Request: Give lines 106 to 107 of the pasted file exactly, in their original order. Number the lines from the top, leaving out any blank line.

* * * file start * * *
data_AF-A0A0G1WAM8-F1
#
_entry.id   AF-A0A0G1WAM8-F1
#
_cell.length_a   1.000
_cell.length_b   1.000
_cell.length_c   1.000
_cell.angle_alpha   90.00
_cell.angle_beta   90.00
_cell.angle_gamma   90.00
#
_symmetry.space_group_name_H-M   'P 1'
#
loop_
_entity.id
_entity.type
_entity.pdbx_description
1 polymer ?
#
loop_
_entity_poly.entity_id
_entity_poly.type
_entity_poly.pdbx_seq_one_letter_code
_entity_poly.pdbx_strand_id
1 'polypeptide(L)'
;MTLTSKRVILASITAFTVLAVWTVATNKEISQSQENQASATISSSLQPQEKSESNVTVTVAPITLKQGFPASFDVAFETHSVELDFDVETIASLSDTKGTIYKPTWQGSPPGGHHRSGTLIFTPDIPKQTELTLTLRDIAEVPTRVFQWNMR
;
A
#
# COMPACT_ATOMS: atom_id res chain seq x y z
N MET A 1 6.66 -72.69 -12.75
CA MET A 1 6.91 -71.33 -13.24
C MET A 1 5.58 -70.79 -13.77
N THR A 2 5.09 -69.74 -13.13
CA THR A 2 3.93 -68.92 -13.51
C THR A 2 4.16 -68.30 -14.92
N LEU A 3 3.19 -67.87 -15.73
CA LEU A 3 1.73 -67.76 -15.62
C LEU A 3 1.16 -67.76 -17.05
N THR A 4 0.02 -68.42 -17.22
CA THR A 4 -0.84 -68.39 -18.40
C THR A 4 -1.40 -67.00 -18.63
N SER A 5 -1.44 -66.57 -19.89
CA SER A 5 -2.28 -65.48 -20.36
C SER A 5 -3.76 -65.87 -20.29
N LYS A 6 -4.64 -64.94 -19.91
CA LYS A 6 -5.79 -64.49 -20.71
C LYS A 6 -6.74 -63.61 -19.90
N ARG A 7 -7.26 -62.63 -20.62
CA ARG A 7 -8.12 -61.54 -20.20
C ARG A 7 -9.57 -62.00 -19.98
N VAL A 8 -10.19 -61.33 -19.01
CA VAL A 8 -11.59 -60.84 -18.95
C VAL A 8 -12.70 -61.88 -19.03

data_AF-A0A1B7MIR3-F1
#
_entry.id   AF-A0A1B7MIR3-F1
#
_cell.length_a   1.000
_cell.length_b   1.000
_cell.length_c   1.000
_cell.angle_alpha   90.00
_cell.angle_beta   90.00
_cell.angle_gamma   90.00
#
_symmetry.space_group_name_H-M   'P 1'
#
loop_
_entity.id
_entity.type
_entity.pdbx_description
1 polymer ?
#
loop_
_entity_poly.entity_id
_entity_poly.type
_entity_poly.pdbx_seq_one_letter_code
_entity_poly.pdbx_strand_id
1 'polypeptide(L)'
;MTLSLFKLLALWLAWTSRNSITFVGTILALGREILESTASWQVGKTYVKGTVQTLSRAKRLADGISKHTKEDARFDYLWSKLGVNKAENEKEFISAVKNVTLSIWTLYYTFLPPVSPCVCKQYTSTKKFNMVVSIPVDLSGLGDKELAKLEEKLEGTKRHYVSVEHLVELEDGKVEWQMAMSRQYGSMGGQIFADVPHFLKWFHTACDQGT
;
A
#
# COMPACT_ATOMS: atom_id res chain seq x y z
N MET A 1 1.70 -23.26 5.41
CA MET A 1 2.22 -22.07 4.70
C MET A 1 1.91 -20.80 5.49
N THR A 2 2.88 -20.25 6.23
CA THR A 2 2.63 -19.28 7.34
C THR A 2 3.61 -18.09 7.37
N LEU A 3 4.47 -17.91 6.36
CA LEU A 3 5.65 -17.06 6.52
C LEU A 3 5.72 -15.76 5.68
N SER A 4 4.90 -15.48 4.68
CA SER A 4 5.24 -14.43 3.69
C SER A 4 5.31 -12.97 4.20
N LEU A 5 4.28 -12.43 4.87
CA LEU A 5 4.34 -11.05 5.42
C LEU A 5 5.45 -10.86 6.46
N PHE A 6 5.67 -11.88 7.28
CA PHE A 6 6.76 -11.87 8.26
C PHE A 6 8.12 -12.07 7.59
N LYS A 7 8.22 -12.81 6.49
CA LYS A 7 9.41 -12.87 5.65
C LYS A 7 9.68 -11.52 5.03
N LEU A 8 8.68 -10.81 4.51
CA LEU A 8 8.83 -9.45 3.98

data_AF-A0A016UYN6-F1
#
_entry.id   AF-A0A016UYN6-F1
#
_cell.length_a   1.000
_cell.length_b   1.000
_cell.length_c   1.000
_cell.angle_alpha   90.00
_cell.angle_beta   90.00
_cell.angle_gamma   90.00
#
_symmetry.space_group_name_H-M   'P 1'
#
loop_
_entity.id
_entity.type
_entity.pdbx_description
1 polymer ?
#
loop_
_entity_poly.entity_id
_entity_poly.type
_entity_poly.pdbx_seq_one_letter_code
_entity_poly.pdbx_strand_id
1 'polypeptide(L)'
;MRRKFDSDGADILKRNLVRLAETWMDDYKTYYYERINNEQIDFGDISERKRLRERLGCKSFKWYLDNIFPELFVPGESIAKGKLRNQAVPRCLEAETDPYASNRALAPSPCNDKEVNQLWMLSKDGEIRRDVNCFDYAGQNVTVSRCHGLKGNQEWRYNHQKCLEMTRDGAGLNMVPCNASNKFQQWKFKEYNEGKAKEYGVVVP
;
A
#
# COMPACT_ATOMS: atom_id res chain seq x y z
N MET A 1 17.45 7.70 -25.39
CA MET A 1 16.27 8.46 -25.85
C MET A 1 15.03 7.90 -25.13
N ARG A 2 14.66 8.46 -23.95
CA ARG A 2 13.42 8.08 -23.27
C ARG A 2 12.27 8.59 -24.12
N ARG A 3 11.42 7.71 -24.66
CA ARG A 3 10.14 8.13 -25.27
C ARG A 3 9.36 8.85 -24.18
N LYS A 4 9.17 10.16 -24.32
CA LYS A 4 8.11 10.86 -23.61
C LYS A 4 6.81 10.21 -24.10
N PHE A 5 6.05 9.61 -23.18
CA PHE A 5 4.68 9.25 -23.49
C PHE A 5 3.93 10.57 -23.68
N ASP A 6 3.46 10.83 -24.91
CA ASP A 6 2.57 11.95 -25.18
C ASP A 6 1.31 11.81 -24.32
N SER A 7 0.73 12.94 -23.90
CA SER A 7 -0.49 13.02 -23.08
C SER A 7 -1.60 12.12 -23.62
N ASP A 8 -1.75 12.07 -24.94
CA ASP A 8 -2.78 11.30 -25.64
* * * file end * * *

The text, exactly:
N LEU A 8 8.68 -10.81 4.51
CA LEU A 8 8.83 -9.45 3.98